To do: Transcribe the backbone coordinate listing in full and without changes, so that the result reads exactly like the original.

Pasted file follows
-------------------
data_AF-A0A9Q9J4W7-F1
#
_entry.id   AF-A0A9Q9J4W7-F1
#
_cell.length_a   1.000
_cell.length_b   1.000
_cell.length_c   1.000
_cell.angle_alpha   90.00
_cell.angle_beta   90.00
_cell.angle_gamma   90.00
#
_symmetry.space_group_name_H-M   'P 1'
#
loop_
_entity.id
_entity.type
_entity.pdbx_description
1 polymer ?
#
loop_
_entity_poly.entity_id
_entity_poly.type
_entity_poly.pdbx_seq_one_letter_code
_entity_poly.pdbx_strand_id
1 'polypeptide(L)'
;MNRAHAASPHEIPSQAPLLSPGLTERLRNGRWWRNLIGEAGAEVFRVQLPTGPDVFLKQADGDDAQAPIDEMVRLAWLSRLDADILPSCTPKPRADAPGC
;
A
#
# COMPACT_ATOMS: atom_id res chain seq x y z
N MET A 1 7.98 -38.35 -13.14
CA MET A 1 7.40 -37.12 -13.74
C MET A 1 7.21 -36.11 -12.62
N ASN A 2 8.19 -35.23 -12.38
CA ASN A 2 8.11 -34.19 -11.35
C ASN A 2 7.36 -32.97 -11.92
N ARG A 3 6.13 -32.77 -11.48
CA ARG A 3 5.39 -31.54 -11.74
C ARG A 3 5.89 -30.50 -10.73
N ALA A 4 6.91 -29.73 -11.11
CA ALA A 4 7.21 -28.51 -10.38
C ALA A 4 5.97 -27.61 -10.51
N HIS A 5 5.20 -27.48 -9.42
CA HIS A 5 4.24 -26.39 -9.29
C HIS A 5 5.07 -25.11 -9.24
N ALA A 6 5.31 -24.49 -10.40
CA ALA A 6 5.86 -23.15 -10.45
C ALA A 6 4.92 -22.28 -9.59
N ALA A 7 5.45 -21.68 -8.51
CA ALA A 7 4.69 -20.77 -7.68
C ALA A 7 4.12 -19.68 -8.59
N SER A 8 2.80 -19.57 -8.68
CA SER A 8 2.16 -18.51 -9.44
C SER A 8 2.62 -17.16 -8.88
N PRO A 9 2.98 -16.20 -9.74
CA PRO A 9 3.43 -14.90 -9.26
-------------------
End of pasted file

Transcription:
data_AF-A0A9Q9J4W7-F1
#
_entry.id   AF-A0A9Q9J4W7-F1
#
_cell.length_a   1.000
_cell.length_b   1.000
_cell.length_c   1.000
_cell.angle_alpha   90.00
_cell.angle_beta   90.00
_cell.angle_gamma   90.00
#
_symmetry.space_group_name_H-M   'P 1'
#
loop_
_entity.id
_entity.type
_entity.pdbx_description
1 polymer ?
#
loop_
_entity_poly.entity_id
_entity_poly.type
_entity_poly.pdbx_seq_one_letter_code
_entity_poly.pdbx_strand_id
1 'polypeptide(L)'
;MNRAHAASPHEIPSQAPLLSPGLTERLRNGRWWRNLIGEAGAEVFRVQLPTGPDVFLKQADGDDAQAPIDEMVRLAWLSRLDADILPSCTPKPRADAPGC
;
A
#
# COMPACT_ATOMS: atom_id res chain seq x y z
N MET A 1 7.98 -38.35 -13.14
CA MET A 1 7.40 -37.12 -13.74
C MET A 1 7.21 -36.11 -12.62
N ASN A 2 8.19 -35.23 -12.38
CA ASN A 2 8.11 -34.19 -11.35
C ASN A 2 7.36 -32.97 -11.92
N ARG A 3 6.13 -32.77 -11.48
CA ARG A 3 5.39 -31.54 -11.74
C ARG A 3 5.89 -30.50 -10.73
N ALA A 4 6.91 -29.73 -11.11
CA ALA A 4 7.21 -28.51 -10.38
C ALA A 4 5.97 -27.61 -10.51
N HIS A 5 5.20 -27.48 -9.42
CA HIS A 5 4.24 -26.39 -9.29
C HIS A 5 5.07 -25.11 -9.24
N ALA A 6 5.31 -24.49 -10.40
CA ALA A 6 5.86 -23.15 -10.45
C ALA A 6 4.92 -22.28 -9.59
N ALA A 7 5.45 -21.68 -8.51
CA ALA A 7 4.69 -20.77 -7.68
C ALA A 7 4.12 -19.68 -8.59
N SER A 8 2.80 -19.57 -8.68
CA SER A 8 2.16 -18.51 -9.44
C SER A 8 2.62 -17.16 -8.88
N PRO A 9 2.98 -16.20 -9.74
CA PRO A 9 3.43 -14.90 -9.26